I don’t know if I will ever get accustomed to the idea of calling myself a teacher.
I seem too young, too inexperienced and somehow not ready for the job.
But what I do have going for me is that I am a mess, and this seems a very important component of being a spiritual teacher in any form.
Haven’t you noticed that your meditation teachers, yoga teachers, tai chi teachers and other types of spiritual teachers seem kind of neurotic?
When you think about this it actually makes a lot of sense.
All you have to do is wonder why people come to these practices for healing in the first place, to understand that being a mess is a prerequisite to being in a spiritual teaching role. This is because when we feel broken, we look for guidance and something that will help us get through this human life.
And it is only through this type of searching that we learn.
And it is only through learning that one day we will be ready to teach.
This has definitely been the case for me.
I remember standing at my kitchen sink, gripping the sides of the counter for dear life, sinking under the weight of the responsibility for two young children and all the mortgages, jobs and human relationships that come with being a parent of young kids and being sure I wasn’t going to make. I felt like I couldn’t cope.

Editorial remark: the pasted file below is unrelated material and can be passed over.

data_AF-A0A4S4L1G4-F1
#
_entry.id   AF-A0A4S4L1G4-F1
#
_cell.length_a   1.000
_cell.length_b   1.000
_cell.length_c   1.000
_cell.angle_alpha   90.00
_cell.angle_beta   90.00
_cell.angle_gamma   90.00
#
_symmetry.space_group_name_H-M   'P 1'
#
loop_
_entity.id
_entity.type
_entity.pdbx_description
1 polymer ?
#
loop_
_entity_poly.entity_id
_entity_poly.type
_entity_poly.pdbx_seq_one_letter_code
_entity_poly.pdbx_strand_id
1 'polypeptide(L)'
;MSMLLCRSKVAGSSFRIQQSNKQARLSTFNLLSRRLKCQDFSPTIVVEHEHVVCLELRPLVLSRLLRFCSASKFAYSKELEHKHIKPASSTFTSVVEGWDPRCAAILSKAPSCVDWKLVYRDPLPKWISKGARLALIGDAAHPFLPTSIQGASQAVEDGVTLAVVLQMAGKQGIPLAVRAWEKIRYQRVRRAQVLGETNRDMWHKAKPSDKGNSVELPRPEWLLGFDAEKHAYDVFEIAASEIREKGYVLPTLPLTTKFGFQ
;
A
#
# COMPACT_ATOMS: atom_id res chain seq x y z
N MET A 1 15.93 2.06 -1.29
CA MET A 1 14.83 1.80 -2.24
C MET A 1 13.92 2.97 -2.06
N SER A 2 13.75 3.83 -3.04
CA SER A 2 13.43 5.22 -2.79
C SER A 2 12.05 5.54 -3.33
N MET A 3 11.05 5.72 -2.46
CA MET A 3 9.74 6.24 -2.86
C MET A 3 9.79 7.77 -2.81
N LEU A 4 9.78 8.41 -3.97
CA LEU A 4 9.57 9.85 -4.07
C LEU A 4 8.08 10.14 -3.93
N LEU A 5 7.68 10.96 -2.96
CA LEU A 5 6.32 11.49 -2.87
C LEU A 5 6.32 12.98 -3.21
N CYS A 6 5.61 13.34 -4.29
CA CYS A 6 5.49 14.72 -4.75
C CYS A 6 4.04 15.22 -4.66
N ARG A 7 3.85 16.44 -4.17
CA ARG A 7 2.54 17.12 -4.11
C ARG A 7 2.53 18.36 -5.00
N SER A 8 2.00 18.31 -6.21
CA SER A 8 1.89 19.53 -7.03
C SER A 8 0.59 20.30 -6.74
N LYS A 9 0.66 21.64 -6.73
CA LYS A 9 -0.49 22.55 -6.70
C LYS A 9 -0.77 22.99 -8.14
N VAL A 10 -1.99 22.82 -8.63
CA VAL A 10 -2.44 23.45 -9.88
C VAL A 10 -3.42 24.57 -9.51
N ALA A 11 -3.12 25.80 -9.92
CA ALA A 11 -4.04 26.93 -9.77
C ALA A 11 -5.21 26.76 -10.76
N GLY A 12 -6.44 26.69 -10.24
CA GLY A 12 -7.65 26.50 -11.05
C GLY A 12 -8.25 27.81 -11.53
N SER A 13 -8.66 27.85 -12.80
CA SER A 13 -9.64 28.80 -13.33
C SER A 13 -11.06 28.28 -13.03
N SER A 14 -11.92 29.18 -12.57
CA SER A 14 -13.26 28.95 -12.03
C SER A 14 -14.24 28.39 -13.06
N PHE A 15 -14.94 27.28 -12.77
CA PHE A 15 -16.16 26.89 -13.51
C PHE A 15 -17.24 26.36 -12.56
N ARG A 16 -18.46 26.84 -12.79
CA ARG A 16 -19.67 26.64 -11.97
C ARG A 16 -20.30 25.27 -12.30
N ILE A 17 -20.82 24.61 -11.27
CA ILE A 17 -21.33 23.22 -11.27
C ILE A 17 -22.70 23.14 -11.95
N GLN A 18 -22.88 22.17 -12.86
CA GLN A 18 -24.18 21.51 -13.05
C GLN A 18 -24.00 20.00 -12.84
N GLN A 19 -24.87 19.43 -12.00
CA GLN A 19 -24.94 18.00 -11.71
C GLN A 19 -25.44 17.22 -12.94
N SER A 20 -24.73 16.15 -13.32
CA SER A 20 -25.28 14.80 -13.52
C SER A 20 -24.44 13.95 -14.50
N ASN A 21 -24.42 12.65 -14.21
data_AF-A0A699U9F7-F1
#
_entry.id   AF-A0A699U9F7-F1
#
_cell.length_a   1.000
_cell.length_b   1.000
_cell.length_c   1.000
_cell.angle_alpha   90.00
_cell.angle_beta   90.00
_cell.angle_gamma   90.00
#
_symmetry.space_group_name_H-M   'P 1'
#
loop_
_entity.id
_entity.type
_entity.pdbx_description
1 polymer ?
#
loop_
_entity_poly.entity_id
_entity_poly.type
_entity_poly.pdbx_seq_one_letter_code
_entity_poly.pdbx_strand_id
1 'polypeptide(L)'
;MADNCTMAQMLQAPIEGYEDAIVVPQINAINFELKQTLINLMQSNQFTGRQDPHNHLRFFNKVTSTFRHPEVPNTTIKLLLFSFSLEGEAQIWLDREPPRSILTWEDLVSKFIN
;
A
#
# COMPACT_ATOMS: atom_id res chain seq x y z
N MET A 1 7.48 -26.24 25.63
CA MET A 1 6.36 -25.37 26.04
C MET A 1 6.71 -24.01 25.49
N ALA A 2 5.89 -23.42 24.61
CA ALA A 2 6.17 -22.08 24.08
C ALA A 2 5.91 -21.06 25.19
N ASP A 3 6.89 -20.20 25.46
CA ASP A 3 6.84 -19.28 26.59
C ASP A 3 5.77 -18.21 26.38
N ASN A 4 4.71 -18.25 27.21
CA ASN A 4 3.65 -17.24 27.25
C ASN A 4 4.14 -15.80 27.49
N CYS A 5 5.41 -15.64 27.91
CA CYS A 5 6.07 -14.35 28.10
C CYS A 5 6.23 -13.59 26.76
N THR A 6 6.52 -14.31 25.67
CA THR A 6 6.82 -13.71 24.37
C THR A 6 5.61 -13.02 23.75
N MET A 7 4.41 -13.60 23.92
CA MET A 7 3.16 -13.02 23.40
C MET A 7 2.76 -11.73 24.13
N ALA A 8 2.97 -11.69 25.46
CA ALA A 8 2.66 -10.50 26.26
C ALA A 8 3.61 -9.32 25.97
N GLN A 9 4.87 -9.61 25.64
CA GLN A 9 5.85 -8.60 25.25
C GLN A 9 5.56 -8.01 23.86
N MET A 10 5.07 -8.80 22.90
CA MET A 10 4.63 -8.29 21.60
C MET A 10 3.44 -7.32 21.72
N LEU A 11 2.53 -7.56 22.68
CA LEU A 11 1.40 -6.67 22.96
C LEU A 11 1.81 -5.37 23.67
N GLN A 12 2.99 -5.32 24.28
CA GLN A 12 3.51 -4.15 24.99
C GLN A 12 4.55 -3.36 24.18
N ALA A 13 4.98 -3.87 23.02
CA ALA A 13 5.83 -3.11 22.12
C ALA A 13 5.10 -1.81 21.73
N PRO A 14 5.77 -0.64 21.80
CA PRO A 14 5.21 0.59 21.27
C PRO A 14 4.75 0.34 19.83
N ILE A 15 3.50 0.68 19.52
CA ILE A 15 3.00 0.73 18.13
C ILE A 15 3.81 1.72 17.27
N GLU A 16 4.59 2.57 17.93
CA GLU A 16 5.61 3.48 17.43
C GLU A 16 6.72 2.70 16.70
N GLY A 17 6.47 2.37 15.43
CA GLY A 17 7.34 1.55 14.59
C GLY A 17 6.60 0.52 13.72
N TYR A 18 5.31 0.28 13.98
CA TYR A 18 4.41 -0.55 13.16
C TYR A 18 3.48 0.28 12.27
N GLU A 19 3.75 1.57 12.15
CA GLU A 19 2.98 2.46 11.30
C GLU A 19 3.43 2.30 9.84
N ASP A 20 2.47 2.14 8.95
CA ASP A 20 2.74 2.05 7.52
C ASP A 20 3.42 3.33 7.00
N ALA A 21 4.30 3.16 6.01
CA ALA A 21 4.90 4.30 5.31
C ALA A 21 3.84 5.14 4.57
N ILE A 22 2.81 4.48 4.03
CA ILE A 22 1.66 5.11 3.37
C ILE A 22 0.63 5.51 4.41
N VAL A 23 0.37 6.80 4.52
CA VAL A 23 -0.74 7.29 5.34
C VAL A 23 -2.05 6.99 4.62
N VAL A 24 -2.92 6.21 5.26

I felt like I couldn’t possibly make it through another day.
That is when I signed up for my first meditation retreat.
I wanted to calm down enough that I wouldn’t yell at my kids throughout the day while gripping the kitchen sink so hard my knuckles turned white, in an attempt to make my world or at least myself disappear.
Over the years, my personal training in meditation and meditation instruction has grown into a teaching role.
But this is not because I am perfect or know everything (just those words alone make me want to cackle in uncontrollable laughter).
Instead, it is because I am a mess that I teach, and my guess is your teachers are a mess, too. They are neurotic, flawed and stumbling their way through this human journey exactly as you are.
They are probably great teachers. Their messiness makes them relateable, because they understand how nutty the human journey is; through their own efforts to untangle the knots of their consciousness they have developed tools they’ve learned along the way.
And these teachers of yours are generous enough to be willing to take these tools and turn them into spoken and written words to convey the healing journey in understandable terms and concepts in an attempt to help others such as yourself suffer less.
Our teachers are generous, compassionate and willing to go out on a limb as they try to share what has helped them, so that they can help others.
But still our teachers are humanly flawed, like the other seven billion humans on this planet, and for that we should be grateful, because this is what has made them great teachers in the first place.
Author: Ruth Lera
Editor: Toby Israel